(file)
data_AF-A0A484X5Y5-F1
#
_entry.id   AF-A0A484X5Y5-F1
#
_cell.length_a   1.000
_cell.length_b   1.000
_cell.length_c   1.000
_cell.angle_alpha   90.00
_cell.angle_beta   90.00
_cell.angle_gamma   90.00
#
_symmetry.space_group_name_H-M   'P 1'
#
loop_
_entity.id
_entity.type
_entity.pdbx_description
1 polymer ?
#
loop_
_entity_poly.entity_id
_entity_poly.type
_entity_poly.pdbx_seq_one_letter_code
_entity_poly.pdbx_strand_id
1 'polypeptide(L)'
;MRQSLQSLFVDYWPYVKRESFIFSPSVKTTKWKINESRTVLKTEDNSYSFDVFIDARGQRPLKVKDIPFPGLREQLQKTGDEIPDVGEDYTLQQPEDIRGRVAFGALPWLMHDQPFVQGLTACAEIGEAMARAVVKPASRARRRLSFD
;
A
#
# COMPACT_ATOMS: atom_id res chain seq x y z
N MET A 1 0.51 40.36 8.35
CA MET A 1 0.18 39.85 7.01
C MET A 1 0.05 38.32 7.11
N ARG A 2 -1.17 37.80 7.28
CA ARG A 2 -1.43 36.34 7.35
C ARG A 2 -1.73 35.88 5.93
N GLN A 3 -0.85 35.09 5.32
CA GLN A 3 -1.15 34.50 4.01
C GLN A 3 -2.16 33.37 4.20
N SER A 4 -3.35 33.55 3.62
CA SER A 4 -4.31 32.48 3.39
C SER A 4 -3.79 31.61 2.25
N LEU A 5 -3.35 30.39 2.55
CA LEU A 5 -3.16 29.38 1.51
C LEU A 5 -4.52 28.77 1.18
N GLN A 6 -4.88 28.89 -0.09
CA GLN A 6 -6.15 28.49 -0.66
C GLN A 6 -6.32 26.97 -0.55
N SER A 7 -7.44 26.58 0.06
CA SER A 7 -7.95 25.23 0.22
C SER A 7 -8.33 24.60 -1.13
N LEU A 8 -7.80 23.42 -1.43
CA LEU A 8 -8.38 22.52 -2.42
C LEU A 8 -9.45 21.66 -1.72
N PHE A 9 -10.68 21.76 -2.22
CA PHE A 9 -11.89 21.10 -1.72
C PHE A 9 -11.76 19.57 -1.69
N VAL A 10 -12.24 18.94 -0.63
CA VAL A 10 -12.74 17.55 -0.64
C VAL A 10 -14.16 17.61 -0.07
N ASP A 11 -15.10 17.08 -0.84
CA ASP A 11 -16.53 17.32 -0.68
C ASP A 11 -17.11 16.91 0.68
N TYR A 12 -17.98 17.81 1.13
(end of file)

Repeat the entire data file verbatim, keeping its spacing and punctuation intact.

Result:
data_AF-A0A484X5Y5-F1
#
_entry.id   AF-A0A484X5Y5-F1
#
_cell.length_a   1.000
_cell.length_b   1.000
_cell.length_c   1.000
_cell.angle_alpha   90.00
_cell.angle_beta   90.00
_cell.angle_gamma   90.00
#
_symmetry.space_group_name_H-M   'P 1'
#
loop_
_entity.id
_entity.type
_entity.pdbx_description
1 polymer ?
#
loop_
_entity_poly.entity_id
_entity_poly.type
_entity_poly.pdbx_seq_one_letter_code
_entity_poly.pdbx_strand_id
1 'polypeptide(L)'
;MRQSLQSLFVDYWPYVKRESFIFSPSVKTTKWKINESRTVLKTEDNSYSFDVFIDARGQRPLKVKDIPFPGLREQLQKTGDEIPDVGEDYTLQQPEDIRGRVAFGALPWLMHDQPFVQGLTACAEIGEAMARAVVKPASRARRRLSFD
;
A
#
# COMPACT_ATOMS: atom_id res chain seq x y z
N MET A 1 0.51 40.36 8.35
CA MET A 1 0.18 39.85 7.01
C MET A 1 0.05 38.32 7.11
N ARG A 2 -1.17 37.80 7.28
CA ARG A 2 -1.43 36.34 7.35
C ARG A 2 -1.73 35.88 5.93
N GLN A 3 -0.85 35.09 5.32
CA GLN A 3 -1.15 34.50 4.01
C GLN A 3 -2.16 33.37 4.20
N SER A 4 -3.35 33.55 3.62
CA SER A 4 -4.31 32.48 3.39
C SER A 4 -3.79 31.61 2.25
N LEU A 5 -3.35 30.39 2.55
CA LEU A 5 -3.16 29.38 1.51
C LEU A 5 -4.52 28.77 1.18
N GLN A 6 -4.88 28.89 -0.09
CA GLN A 6 -6.15 28.49 -0.66
C GLN A 6 -6.32 26.97 -0.55
N SER A 7 -7.44 26.58 0.06
CA SER A 7 -7.95 25.23 0.22
C SER A 7 -8.33 24.60 -1.13
N LEU A 8 -7.80 23.42 -1.43
CA LEU A 8 -8.38 22.52 -2.42
C LEU A 8 -9.45 21.66 -1.72
N PHE A 9 -10.68 21.76 -2.22
CA PHE A 9 -11.89 21.10 -1.72
C PHE A 9 -11.76 19.57 -1.69
N VAL A 10 -12.24 18.94 -0.63
CA VAL A 10 -12.74 17.55 -0.64
C VAL A 10 -14.16 17.61 -0.07
N ASP A 11 -15.10 17.08 -0.84
CA ASP A 11 -16.53 17.32 -0.68
C ASP A 11 -17.11 16.91 0.68
N TYR A 12 -17.98 17.81 1.13